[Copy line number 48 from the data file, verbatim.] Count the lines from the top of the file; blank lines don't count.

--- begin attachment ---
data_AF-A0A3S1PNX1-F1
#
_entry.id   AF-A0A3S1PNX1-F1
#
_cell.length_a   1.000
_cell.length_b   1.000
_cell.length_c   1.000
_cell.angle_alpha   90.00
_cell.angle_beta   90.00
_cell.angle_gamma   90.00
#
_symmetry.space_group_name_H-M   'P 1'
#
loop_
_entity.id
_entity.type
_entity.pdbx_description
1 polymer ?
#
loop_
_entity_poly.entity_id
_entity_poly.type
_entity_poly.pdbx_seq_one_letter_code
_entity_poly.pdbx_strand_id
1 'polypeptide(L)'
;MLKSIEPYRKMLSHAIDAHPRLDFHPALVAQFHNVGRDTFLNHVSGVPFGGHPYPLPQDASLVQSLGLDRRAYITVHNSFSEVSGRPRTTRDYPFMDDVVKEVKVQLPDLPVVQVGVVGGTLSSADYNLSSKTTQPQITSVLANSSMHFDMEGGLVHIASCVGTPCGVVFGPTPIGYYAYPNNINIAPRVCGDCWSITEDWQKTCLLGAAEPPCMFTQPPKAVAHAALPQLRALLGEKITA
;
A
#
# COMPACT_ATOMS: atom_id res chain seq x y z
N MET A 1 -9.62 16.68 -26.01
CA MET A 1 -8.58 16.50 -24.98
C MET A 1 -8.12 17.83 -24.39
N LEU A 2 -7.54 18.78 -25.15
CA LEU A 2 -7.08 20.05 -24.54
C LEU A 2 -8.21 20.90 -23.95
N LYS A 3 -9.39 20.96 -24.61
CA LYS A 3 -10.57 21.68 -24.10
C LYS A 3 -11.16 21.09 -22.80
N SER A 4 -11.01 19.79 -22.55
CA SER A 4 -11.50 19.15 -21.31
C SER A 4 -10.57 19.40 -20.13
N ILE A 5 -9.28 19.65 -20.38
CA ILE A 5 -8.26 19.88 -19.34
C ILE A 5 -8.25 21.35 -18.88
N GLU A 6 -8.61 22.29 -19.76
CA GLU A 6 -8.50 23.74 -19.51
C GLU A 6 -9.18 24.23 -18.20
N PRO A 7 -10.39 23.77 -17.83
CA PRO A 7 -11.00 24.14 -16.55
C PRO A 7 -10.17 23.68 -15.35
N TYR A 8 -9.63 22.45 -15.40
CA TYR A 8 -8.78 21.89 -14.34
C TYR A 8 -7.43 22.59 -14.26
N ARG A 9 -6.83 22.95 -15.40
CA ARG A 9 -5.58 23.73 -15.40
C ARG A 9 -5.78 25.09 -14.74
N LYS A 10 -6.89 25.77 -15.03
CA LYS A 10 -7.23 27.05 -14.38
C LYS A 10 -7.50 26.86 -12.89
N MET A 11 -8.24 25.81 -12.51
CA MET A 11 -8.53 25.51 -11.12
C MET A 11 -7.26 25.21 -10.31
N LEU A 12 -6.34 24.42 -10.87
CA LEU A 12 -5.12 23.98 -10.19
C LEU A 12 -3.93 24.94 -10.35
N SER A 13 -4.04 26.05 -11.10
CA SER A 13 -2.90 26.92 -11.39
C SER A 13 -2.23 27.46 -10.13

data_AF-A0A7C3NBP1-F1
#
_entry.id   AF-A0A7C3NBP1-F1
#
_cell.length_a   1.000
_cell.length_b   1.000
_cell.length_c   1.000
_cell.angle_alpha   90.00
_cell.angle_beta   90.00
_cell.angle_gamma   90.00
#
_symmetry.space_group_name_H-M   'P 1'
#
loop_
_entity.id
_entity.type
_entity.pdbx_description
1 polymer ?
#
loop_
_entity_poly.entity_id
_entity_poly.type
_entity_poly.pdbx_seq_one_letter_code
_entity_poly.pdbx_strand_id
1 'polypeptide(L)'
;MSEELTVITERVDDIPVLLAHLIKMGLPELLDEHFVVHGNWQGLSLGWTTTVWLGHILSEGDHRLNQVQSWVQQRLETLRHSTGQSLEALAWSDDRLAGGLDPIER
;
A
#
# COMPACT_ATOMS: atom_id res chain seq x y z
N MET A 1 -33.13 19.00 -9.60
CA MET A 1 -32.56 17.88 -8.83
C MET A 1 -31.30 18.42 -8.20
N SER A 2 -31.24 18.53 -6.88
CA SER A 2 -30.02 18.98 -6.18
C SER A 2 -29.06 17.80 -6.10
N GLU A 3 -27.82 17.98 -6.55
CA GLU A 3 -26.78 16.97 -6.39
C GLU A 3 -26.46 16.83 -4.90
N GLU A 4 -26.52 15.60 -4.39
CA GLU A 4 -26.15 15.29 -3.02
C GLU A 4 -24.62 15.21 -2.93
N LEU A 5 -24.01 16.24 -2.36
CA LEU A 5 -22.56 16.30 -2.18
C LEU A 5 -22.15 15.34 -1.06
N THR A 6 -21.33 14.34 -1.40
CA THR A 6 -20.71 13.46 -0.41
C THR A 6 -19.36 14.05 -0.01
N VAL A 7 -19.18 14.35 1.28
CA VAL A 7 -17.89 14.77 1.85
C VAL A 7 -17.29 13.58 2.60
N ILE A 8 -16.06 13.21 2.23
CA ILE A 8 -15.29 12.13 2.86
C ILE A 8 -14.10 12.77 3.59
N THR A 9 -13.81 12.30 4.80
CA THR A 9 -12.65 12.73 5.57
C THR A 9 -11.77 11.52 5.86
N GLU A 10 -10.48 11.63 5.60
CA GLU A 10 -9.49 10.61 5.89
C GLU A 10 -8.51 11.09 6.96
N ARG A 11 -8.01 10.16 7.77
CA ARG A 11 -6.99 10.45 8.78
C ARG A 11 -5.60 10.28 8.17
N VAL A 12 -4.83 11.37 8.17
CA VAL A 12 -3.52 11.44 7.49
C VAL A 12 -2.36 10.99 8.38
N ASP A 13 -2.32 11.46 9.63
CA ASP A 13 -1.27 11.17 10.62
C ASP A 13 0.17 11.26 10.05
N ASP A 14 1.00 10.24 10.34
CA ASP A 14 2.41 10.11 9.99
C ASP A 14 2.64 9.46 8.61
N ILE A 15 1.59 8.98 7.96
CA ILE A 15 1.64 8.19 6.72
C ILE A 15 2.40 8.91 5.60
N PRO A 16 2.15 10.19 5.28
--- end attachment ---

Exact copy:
C GLU A 6 -9.18 24.23 -18.20